At its title suggests, brand strategy is completely strategic; it’s your plan for how to achieve your desired positioning—how to become known for that certain “something.” It describes the consistent experience that you desire to deliver to your market at each touch point.
5 Key Concepts & Steps
1. Audit your existing brand
- If you have an existing brand, conduct a survey of your market and your stakeholders to understand how they view your brand. This will give you an understanding of where you are and how much work needs to be done to get to where you want to be.
- Before creating your survey, outline what you think your brand should stand for, so you have criteria to evaluate against the responses. If you’re not sure how to create your brand criteria, complete the next steps, and then conduct your audit.
2. Define your brand architecture
- Evaluate the features and benefits of your product / service. A feature is an attribute—a color, a configuration; a benefit is what that feature does for the customer.
- Identify which benefits are emotional (instead of functional)—the most powerful brand strategies tap into emotions, even among business buyers.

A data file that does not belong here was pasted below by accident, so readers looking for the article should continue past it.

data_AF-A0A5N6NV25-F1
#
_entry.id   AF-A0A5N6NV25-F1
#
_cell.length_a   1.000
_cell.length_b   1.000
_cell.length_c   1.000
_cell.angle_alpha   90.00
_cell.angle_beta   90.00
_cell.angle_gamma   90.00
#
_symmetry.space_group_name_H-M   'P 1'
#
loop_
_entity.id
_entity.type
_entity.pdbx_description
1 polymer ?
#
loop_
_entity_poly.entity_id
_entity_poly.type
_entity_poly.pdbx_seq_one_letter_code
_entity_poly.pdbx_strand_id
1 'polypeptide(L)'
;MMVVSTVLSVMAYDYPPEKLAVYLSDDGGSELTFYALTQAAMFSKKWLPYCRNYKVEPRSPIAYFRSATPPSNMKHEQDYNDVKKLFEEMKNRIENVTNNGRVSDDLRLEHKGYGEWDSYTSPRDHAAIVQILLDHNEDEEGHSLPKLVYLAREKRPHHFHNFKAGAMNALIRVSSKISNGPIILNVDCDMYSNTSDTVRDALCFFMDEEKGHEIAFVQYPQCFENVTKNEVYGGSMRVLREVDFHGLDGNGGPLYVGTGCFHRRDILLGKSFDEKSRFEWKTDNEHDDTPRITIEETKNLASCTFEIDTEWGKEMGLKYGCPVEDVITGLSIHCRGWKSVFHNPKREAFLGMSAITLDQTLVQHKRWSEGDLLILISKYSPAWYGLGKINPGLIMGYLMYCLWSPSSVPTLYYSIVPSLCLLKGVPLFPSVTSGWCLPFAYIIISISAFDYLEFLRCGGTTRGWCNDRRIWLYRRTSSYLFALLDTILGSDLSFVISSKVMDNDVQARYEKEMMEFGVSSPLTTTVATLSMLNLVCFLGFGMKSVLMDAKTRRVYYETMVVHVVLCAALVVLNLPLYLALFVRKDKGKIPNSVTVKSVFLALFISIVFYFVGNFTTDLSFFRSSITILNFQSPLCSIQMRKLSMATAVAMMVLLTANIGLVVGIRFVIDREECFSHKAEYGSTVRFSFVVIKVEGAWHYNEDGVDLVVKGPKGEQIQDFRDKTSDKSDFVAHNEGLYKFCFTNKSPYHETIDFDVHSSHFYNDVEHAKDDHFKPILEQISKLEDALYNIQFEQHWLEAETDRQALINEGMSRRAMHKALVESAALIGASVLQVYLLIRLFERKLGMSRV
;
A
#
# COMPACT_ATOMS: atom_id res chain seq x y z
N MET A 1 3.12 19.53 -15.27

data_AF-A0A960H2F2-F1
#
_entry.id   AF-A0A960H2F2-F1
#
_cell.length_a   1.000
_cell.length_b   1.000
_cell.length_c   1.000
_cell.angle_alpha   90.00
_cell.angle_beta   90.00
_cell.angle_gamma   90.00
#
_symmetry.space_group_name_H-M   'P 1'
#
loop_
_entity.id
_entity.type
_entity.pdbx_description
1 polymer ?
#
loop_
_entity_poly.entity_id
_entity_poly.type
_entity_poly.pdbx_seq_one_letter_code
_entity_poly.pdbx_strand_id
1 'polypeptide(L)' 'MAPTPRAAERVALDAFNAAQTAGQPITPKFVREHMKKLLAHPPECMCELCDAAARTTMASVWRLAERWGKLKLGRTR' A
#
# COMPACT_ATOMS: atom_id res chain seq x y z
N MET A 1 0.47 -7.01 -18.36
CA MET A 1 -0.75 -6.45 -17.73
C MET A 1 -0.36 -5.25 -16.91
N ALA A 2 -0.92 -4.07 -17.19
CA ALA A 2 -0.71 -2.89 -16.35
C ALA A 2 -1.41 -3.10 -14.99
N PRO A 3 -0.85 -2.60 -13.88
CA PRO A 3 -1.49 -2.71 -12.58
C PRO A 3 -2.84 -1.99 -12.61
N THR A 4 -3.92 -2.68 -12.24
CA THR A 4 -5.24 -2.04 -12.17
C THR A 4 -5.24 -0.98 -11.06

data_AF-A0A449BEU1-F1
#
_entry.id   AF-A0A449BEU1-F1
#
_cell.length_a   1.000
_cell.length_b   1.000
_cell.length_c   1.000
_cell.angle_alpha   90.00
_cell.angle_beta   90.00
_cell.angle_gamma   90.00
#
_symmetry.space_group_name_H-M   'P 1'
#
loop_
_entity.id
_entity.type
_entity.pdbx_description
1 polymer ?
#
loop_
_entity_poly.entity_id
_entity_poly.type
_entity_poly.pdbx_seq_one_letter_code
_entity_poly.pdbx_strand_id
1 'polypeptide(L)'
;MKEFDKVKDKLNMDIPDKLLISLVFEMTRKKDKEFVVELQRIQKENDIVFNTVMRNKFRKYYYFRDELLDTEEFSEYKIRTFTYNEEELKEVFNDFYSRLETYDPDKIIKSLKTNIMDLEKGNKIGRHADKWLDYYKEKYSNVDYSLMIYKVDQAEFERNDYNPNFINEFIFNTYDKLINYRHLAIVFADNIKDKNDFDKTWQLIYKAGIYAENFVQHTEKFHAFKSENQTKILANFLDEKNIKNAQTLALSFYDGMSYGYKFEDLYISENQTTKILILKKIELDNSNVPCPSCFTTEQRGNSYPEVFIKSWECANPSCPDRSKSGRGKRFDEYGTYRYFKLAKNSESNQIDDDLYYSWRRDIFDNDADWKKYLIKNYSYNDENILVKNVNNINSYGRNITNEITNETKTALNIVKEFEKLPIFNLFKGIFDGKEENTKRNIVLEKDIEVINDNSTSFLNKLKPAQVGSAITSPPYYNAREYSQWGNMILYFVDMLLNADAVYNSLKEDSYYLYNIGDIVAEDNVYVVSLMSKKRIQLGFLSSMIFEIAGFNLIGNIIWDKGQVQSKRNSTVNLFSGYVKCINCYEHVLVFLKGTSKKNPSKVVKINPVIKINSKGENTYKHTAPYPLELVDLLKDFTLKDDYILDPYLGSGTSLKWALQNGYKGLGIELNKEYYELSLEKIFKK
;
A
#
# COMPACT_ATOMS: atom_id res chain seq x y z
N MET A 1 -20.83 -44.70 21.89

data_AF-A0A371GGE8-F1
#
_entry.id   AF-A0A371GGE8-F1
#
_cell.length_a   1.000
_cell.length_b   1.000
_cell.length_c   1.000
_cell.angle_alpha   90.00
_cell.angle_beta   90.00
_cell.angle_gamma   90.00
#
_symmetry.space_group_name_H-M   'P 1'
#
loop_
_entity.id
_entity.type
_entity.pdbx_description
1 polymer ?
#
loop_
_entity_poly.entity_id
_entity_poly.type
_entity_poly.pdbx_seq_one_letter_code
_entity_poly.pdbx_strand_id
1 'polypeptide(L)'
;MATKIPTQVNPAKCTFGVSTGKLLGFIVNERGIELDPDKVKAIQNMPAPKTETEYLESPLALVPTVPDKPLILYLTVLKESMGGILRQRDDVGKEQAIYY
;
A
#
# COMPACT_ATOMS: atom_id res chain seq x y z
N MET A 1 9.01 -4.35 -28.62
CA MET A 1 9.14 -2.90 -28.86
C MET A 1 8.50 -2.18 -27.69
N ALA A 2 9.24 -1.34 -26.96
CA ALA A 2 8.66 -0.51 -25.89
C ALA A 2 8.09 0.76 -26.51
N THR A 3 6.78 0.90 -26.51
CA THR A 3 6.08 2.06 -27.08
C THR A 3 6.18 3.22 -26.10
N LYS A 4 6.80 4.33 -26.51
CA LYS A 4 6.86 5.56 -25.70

- Review the emotional benefits and boil them down to your brand pillars—the three things that your brand should mean to your market.
3. Define your brand experience
- Think of your brand as a person with a distinct personality. Describe him or her, and then convey these traits in everything that you do and create.
- Determine your brand promise—the one thing that you deliver each time you interact with your market.
4. Write your brand story and positioning statement
- Write your 25-word positioning statement that conveys the essence of your brand. It conveys who you are, what you do, for whom, and one or two emotional benefits from interacting with your brand. Use it throughout your marketing materials.
- Write your brand story. This should convey your personality, your purpose—the difference that you’re trying to make with your product, service or company. It builds credibility, differentiates you from your competition, and gives the market a reason to listen to you. Seth Godin says that the two elements that must come together in a brand story are:
- The story you can confidently tell
- The worldview the buyer tells herself
5. Define your brand visual and operational requirements
- Choose colors, fonts and other visual elements that match your personality.
- Determine how your employees will interact with your market to convey your personality and ensure your brand “lives” within your company.
When those align, you win.